"If this can help restore UMNO, then I am ready to accept the responsibility. I leave it to UMNO members, I am offering my services," Ku Li
KUALA LUMPUR: Four years ago, the prince from Kelantan tried to mount a challenge against a highly-popular Abdullah Ahmad Badawi for the United Malays National Organisation (UMNO) presidency and lost before he could even start.
This week, Mr Razaleigh Hamzah, a former Finance Minister, is back to offer himself as the white knight who could save an UMNO shaken to the core by its disastrous performance in the March 8 general election.
But while Mr Abdullah's political fortunes have plunged, it remains to be seen whether Mr Razaleigh's challenge this time will be any stronger — given the fact that he does not wield as much political clout within the party as he used to in the 1980s.
Amid rumblings within UMNO's rank-and-file that Prime Minister Abdullah should accept full responsibility for the ruling Barisan Nasional's (BN's) loss of its two-third majority in the polls, Mr Razaleigh said on Wednesday he was ready to contest party polls again.
Mr Razaleigh, 71, said he would contest the presidency of UMNO if he is nominated ahead of party elections in August, reported Malaysian newspapers yesterday. By virtue of UMNO's status as the BN's largest member, the party president will automatically become Malaysia's PM.
"If this can help restore UMNO, then I am ready to accept the responsibility. I leave it to UMNO members, I am offering my services," he was quoted as saying by Bernama news agency.
Mr Razaleigh has called for a special UMNO meeting in May to discuss the party's future, but it is unclear if he could muster enough support.
Mr Adnan Mansor, the newly-appointed UMNO secretary-general, responded by saying it was up to party members to decide whether to nominate Mr Razaleigh. But Mr Adnan expressed confidence that Mr Abdullah, 68, still commanded strong support in the party.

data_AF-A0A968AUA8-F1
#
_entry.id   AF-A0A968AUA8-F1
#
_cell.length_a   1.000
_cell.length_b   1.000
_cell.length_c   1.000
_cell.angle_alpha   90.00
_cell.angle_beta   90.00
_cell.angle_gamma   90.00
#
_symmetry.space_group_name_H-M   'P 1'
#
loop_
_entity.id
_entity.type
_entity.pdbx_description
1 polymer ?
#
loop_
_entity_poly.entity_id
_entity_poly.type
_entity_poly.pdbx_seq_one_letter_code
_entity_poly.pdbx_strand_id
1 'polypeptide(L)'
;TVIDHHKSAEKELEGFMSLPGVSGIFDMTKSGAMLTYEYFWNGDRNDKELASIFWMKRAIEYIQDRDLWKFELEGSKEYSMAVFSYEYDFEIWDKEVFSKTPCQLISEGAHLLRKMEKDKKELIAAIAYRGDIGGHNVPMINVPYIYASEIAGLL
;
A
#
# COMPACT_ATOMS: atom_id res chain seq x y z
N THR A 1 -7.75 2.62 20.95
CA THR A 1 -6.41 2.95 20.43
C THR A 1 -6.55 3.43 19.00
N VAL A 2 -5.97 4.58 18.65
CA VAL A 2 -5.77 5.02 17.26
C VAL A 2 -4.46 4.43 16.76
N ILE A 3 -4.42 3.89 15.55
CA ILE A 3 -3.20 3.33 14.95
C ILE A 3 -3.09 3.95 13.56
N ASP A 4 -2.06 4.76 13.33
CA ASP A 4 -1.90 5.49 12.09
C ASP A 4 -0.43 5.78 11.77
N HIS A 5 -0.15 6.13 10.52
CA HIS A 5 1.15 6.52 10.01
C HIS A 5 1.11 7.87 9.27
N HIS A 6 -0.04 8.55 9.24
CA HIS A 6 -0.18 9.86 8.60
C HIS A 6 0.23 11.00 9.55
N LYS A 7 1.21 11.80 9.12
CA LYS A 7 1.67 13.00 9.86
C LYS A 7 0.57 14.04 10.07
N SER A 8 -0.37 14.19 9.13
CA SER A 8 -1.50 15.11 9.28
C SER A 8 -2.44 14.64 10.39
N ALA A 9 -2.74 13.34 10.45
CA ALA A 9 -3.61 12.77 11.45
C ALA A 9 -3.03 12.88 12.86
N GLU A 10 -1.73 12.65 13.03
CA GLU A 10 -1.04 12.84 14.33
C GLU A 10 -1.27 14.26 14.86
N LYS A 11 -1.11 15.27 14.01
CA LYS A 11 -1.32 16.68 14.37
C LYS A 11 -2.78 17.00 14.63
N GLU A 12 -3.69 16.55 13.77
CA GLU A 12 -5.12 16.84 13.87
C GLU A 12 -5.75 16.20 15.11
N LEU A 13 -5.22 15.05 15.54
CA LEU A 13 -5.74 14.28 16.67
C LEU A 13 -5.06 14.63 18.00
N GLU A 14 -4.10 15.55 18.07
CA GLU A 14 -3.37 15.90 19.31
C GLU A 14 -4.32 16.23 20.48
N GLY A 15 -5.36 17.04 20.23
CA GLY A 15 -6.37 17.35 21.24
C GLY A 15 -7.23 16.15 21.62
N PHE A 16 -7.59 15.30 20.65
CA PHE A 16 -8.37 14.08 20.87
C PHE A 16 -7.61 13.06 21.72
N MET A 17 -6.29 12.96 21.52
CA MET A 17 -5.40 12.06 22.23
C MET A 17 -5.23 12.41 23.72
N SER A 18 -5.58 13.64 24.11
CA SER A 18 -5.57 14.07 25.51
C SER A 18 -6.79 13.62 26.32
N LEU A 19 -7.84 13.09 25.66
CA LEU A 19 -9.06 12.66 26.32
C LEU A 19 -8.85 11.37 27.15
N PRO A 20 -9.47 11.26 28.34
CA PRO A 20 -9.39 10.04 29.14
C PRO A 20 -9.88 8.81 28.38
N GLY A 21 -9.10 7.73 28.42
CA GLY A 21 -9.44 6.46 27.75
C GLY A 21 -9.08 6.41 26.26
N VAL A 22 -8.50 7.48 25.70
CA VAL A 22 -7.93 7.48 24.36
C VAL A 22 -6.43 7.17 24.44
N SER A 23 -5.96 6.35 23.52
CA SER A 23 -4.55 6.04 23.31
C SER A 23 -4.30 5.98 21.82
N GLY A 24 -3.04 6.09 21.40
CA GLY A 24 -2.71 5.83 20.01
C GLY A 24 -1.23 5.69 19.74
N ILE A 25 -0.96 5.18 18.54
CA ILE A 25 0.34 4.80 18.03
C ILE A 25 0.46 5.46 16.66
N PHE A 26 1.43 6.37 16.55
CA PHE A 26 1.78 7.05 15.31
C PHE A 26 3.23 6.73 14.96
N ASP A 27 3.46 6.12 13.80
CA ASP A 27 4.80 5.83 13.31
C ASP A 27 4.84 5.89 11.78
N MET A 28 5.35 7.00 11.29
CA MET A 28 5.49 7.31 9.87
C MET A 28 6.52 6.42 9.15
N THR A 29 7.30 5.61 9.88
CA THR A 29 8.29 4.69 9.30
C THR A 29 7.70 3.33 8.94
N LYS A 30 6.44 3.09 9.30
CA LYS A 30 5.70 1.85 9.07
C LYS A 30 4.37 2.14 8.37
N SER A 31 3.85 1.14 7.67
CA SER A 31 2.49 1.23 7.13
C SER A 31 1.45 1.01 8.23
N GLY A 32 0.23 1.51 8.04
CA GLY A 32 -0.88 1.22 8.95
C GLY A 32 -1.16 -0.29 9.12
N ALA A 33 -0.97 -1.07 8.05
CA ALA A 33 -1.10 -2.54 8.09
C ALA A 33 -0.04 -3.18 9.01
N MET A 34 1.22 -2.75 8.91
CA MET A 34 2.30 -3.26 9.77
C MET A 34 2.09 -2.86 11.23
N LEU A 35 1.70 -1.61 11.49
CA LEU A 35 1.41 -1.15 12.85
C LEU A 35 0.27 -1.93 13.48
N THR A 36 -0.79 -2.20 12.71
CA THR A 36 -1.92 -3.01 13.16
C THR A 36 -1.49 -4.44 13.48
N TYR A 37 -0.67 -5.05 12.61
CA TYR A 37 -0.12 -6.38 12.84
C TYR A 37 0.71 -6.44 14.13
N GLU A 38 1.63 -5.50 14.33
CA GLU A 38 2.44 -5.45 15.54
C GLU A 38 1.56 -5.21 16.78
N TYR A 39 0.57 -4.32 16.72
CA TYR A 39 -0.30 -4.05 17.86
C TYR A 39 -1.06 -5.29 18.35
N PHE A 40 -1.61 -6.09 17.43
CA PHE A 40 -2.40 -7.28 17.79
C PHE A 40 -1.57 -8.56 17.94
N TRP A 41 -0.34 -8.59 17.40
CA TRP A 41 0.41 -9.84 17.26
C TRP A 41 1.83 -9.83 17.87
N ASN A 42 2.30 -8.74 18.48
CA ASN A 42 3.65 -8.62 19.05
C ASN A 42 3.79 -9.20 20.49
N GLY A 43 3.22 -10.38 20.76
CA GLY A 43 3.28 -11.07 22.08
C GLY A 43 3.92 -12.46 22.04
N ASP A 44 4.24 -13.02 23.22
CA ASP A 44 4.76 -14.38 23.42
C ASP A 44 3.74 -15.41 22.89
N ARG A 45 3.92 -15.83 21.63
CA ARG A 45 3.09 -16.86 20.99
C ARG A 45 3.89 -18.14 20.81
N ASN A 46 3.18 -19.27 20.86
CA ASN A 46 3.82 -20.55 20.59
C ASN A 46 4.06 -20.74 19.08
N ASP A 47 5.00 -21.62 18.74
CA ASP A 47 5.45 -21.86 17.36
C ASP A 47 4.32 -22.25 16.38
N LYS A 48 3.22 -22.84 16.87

Mr Razaleigh's open challenge puts new pressure on Mr Abdullah to keep his grip on UMNO — but it remains to be seen if the rank-and-file also consider the Kelantan royalty as the right man to lead them out of the worst crisis the party is facing since the Anwar Ibrahim affair in the late 1990s.
According to The Malaysian Insider news website, all the power brokers in the party are still aligned to Mr Abdullah and hold senior positions in the party and Cabinet.
There is also little motivation for the likes of UMNO deputy president Najib Razak, UMNO vice-presidents Muhyiddin Yassin and Ali Rustam, and UMNO Youth leader Hishammuddin Hussein, to join Mr Razaleigh since allowing him to become party president could delay their own succession prospects, the news portal added.
Malaysian political analyst Khoo Kay Peng calls Mr Razaleigh's bid for the UMNO presidency a "long shot".
"Tengku Razaleigh has been out of mainstream UMNO politics for more than 10 years. He was most powerful when he was the Finance Minister, but he has lost the clout. It will be difficult for him to shift UMNO's power base and to hold UMNO's network together," he told TODAY.
Mr Khoo believes "some 25 to 30 per cent" of UMNO delegates are likely to vote for Mr Razaleigh in the event of a contest for the UMNO presidency.
Although the odds may be stacked against him, Mr Razaleigh — who could have been the PM had he succeeded in defeating Dr Mahathir Mohamad in the 1987 UMNO presidential election — should not be dismissed as an "opportunist", said political analyst Yang Razali Kassim.
"I think he has proven to be an UMNO loyalist over the years," Mr Yang Razali, who is from the S Rajaratnam School of International Studies in Singapore. "He challenged Dr Mahathir in the 1980s for the presidency in an open democratic way. He lost by a thin margin, left to form a splinter party but came back to UMNO and disbanded his splinter party for the sake of Malay unity, after a healing period. He has remained in UMNO since then."
And there are those who believe that Mr Razaleigh, whose nickname is Ku Li, may actually stand a chance against Mr Abdullah if the ground sentiments continue to sour.
"Based on past experience, Ku Li should not have much of a chance," said Dr Ooi Kee Beng, a fellow at the Institute of South-east Asian Studies.
"But we are in a new era now, so all old bets are off. He does have a chance because the UMNO ground is overwhelmed by the losses and things can go one way or the other," Dr Ooi told TODAY.